“Growing up, if we ran into any trouble as kids, we used to go get Tony, and Tony would settle the problem,” he adds with a laugh.
Tony is the dealmaker. He can walk into a room with his crisp, white shirt and stylish suit and feel comfortable. His personality is made for networking, John says.
John oversees and implements the contracts.
“If we were a football team,” John says, “I’d be the offensive line. I keep pounding. I’m going to open the hole and make it work. Tony would be the running back that would be more visible.
“I’m the one that will make sure that the jobs get done. The detail guy. The blue jean guy.”
While each has a markedly different personality evidenced further by the fact that Tony drives a flashy Jaguar, while John prefers a more rugged Suburban to get around town the brothers complement each other and have the same goals for the business.
“We grew up together, so we think alike,” Tony says. “In essence, we have the same type of attitude and the same type of mindset. There is no conflict. That’s the major asset.”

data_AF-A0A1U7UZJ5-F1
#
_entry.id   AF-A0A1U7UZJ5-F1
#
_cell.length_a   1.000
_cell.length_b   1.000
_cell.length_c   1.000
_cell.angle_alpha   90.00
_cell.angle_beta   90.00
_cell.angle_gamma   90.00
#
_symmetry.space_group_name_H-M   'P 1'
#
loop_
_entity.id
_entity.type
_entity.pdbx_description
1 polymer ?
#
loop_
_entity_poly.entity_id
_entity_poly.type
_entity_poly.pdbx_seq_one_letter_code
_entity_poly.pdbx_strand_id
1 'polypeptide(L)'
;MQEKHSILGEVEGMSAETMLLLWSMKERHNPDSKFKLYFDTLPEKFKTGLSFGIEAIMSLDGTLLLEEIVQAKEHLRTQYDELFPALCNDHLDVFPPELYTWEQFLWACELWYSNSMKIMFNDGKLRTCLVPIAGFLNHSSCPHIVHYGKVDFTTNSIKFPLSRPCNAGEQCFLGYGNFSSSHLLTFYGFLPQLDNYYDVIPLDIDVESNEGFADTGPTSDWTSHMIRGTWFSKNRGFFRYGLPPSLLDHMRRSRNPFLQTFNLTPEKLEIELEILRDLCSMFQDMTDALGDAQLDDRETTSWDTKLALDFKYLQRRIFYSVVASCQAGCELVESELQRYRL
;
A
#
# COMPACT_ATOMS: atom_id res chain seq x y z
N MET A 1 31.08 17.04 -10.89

Enlarging the family
The Gioffres’ sister, Victoria Delfino, 51, joined them in the business 10 years ago as secretary/treasurer. She had worked part time for Carl, but when Tony and John needed some extra help, Victoria moved over to Gioffre Construction. When the position became full time, Victoria just stayed on, Tony says.
Victoria brings the personal, family touch to this hard hat business, John says. She knows all the right ways to treat people, especially when hard times befall an employee, and she’ll make sure an employee strapped for cash can get his car fixed.
“We had wonderful parents,” Victoria says, “very devoted, very family-oriented. We just branched off from that. We are an extension of what they believed in. They made us understand what is valuable.
“From that, you learn your values and what’s important in life. Our family is still very close.”
So close, in fact, that all the Gioffre siblings regularly gather for Sunday dinner at the home of their parents, who emigrated from Italy in 1932. They grew up in the Milo District, north of downtown Columbus, near Fifth and Cleveland.
“Have we had shouting matches? Yes,” John says. “But at the same time, when we go to mom’s house for Sunday dinner, it’s done. We sit. We laugh. We joke. We enjoy being a family. You’ve got to leave it at work. At times it’s very difficult.
“I’ve seen the stress at times, and thank God we’ve been able to overcome the stress factor at work and still stay together as family.”